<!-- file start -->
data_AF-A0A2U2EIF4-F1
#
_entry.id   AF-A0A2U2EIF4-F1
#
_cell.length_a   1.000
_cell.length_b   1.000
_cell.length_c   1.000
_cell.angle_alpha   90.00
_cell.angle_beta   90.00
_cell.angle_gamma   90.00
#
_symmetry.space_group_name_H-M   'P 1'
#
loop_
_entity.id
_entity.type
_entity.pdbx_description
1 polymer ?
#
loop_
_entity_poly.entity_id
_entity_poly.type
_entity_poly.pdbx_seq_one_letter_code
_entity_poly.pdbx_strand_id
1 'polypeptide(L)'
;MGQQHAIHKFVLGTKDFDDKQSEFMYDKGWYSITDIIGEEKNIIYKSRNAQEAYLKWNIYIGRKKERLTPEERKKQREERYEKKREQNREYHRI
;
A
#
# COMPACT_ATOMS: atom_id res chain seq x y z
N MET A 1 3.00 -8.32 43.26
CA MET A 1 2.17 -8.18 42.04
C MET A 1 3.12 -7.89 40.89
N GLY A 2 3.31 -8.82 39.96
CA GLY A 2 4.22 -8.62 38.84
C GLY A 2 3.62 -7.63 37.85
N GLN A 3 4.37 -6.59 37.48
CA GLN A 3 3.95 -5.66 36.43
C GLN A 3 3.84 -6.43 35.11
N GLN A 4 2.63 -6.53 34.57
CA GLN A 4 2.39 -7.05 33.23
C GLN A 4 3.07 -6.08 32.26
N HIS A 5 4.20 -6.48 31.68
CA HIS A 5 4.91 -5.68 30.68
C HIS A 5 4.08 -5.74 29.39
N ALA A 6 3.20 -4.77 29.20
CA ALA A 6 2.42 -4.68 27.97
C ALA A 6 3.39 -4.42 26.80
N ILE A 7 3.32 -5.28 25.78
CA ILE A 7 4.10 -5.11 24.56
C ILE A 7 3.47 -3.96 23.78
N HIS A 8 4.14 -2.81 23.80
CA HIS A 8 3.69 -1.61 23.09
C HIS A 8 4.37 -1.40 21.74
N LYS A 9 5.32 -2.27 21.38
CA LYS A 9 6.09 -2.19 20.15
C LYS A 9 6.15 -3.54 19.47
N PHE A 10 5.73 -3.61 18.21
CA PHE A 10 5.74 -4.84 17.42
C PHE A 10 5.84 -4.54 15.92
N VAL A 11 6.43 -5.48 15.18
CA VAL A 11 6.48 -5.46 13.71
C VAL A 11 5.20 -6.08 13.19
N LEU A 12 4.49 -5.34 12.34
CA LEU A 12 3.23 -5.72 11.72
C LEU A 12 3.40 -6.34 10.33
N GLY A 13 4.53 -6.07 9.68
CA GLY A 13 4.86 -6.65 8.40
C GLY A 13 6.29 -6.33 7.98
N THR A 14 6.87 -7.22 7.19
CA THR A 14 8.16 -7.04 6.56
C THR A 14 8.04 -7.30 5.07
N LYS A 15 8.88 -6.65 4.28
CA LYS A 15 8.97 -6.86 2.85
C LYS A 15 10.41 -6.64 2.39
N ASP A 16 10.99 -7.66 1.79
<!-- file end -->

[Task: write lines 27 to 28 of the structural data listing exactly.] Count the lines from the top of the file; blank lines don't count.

;
A